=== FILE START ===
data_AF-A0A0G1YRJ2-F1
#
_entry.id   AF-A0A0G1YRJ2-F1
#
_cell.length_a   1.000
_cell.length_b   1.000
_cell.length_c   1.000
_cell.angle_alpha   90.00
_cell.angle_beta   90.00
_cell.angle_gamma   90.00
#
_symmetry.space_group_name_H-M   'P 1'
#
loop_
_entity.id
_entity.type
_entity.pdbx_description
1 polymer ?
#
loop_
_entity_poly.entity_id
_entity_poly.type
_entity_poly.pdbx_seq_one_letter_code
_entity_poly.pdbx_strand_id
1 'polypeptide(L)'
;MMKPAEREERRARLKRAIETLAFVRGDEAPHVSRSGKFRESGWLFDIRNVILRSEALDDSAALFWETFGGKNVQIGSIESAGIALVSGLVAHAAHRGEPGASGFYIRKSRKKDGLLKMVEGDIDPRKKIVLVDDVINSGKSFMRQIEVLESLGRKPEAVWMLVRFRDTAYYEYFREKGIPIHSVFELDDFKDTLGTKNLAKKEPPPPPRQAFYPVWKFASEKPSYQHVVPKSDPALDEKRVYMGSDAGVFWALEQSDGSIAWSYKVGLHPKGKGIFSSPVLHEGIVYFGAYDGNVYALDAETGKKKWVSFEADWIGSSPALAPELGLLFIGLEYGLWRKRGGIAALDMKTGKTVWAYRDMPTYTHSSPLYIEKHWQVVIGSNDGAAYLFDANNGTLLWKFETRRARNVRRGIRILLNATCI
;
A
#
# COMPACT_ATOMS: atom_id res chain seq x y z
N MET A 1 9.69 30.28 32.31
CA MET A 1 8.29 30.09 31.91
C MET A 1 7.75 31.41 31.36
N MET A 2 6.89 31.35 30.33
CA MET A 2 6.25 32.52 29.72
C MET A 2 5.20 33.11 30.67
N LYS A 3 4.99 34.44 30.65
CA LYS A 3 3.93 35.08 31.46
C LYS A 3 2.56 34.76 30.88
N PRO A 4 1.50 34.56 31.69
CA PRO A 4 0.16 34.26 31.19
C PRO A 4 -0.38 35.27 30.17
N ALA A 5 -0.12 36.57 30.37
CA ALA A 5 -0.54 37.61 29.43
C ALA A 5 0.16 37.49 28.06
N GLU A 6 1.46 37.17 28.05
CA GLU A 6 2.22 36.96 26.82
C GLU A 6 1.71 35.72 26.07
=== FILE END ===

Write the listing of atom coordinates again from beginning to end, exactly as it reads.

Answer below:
data_AF-A0A0G1YRJ2-F1
#
_entry.id   AF-A0A0G1YRJ2-F1
#
_cell.length_a   1.000
_cell.length_b   1.000
_cell.length_c   1.000
_cell.angle_alpha   90.00
_cell.angle_beta   90.00
_cell.angle_gamma   90.00
#
_symmetry.space_group_name_H-M   'P 1'
#
loop_
_entity.id
_entity.type
_entity.pdbx_description
1 polymer ?
#
loop_
_entity_poly.entity_id
_entity_poly.type
_entity_poly.pdbx_seq_one_letter_code
_entity_poly.pdbx_strand_id
1 'polypeptide(L)'
;MMKPAEREERRARLKRAIETLAFVRGDEAPHVSRSGKFRESGWLFDIRNVILRSEALDDSAALFWETFGGKNVQIGSIESAGIALVSGLVAHAAHRGEPGASGFYIRKSRKKDGLLKMVEGDIDPRKKIVLVDDVINSGKSFMRQIEVLESLGRKPEAVWMLVRFRDTAYYEYFREKGIPIHSVFELDDFKDTLGTKNLAKKEPPPPPRQAFYPVWKFASEKPSYQHVVPKSDPALDEKRVYMGSDAGVFWALEQSDGSIAWSYKVGLHPKGKGIFSSPVLHEGIVYFGAYDGNVYALDAETGKKKWVSFEADWIGSSPALAPELGLLFIGLEYGLWRKRGGIAALDMKTGKTVWAYRDMPTYTHSSPLYIEKHWQVVIGSNDGAAYLFDANNGTLLWKFETRRARNVRRGIRILLNATCI
;
A
#
# COMPACT_ATOMS: atom_id res chain seq x y z
N MET A 1 9.69 30.28 32.31
CA MET A 1 8.29 30.09 31.91
C MET A 1 7.75 31.41 31.36
N MET A 2 6.89 31.35 30.33
CA MET A 2 6.25 32.52 29.72
C MET A 2 5.20 33.11 30.67
N LYS A 3 4.99 34.44 30.65
CA LYS A 3 3.93 35.08 31.46
C LYS A 3 2.56 34.76 30.88
N PRO A 4 1.50 34.56 31.69
CA PRO A 4 0.16 34.26 31.19
C PRO A 4 -0.38 35.27 30.17
N ALA A 5 -0.12 36.57 30.37
CA ALA A 5 -0.54 37.61 29.43
C ALA A 5 0.16 37.49 28.06
N GLU A 6 1.46 37.17 28.05
CA GLU A 6 2.22 36.96 26.82
C GLU A 6 1.71 35.72 26.07